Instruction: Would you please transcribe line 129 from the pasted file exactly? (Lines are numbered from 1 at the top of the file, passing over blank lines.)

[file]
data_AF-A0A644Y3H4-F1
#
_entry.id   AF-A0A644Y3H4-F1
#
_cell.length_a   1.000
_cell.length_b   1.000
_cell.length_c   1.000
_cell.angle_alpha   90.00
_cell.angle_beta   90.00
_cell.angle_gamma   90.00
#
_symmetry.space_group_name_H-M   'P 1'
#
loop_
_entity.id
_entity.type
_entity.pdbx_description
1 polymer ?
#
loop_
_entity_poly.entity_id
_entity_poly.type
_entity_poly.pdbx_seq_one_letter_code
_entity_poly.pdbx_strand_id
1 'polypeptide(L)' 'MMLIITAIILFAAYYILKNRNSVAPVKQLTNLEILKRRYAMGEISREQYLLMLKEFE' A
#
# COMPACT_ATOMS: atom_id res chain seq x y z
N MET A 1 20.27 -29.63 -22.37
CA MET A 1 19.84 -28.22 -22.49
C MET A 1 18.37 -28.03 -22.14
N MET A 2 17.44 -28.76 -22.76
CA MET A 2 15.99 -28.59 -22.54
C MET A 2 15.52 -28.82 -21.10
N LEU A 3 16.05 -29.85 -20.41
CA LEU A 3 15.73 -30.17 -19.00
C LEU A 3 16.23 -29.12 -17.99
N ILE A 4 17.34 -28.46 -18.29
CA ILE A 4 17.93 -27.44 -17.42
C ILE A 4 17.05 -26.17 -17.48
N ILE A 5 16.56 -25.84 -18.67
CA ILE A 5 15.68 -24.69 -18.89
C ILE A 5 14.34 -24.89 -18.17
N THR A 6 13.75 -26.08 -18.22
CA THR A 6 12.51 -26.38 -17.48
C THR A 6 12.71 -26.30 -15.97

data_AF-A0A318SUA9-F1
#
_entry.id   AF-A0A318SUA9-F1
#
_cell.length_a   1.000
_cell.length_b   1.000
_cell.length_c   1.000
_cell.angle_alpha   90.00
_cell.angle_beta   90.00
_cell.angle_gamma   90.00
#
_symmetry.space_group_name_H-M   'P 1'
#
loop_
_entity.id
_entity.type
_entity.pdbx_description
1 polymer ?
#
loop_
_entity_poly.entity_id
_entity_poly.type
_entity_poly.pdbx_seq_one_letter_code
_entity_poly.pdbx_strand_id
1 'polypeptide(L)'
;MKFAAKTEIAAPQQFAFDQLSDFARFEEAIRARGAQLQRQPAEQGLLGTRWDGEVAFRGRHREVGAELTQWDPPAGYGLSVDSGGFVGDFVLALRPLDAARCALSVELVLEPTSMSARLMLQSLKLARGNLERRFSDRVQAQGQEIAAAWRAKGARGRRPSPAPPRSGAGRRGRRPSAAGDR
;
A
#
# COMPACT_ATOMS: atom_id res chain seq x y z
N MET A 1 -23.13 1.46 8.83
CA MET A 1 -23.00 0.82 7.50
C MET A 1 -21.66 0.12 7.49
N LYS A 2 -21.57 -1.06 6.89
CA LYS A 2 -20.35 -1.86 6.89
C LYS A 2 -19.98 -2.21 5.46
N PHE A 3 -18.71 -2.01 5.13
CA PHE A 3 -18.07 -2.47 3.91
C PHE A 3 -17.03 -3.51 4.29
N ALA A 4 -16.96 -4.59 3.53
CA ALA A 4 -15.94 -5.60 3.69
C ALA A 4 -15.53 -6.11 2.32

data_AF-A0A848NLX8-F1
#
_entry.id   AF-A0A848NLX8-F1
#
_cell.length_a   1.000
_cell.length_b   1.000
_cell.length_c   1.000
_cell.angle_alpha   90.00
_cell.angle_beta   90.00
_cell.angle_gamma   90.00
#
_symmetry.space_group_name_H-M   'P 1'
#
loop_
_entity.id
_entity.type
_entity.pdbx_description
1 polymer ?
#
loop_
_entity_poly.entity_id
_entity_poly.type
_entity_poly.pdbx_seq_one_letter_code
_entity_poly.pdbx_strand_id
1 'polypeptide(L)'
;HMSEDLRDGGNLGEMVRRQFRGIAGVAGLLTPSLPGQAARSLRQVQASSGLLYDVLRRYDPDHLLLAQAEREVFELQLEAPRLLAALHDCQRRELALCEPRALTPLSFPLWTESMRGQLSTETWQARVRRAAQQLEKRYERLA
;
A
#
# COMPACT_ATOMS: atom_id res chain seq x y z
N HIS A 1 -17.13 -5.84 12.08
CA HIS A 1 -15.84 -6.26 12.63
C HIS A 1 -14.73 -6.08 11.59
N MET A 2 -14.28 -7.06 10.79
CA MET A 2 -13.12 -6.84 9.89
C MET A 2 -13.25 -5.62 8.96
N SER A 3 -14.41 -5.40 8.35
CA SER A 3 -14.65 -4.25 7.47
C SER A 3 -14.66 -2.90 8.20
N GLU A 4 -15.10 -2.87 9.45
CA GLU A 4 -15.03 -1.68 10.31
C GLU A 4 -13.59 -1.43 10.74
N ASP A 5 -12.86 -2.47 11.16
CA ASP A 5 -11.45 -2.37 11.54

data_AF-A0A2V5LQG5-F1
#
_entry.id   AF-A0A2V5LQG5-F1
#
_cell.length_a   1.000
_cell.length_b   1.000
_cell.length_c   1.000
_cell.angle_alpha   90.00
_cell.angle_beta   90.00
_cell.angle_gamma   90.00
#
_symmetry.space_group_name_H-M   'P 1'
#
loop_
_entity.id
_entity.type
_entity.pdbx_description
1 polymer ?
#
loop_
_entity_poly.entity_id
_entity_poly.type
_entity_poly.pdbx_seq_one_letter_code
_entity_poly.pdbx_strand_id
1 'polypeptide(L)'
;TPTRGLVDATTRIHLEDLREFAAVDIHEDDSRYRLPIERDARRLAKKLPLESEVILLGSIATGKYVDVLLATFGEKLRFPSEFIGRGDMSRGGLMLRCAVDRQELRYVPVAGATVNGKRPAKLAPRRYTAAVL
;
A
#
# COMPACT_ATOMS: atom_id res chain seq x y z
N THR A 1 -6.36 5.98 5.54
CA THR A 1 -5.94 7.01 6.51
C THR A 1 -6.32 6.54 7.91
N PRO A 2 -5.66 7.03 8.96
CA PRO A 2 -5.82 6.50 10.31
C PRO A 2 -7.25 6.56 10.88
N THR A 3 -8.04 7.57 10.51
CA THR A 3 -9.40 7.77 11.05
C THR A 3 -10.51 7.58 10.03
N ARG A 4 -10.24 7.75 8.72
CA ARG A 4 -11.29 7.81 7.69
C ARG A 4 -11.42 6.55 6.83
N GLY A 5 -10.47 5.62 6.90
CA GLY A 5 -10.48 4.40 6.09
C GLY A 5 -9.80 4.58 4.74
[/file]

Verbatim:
C GLU A 4 -13.59 -1.43 10.74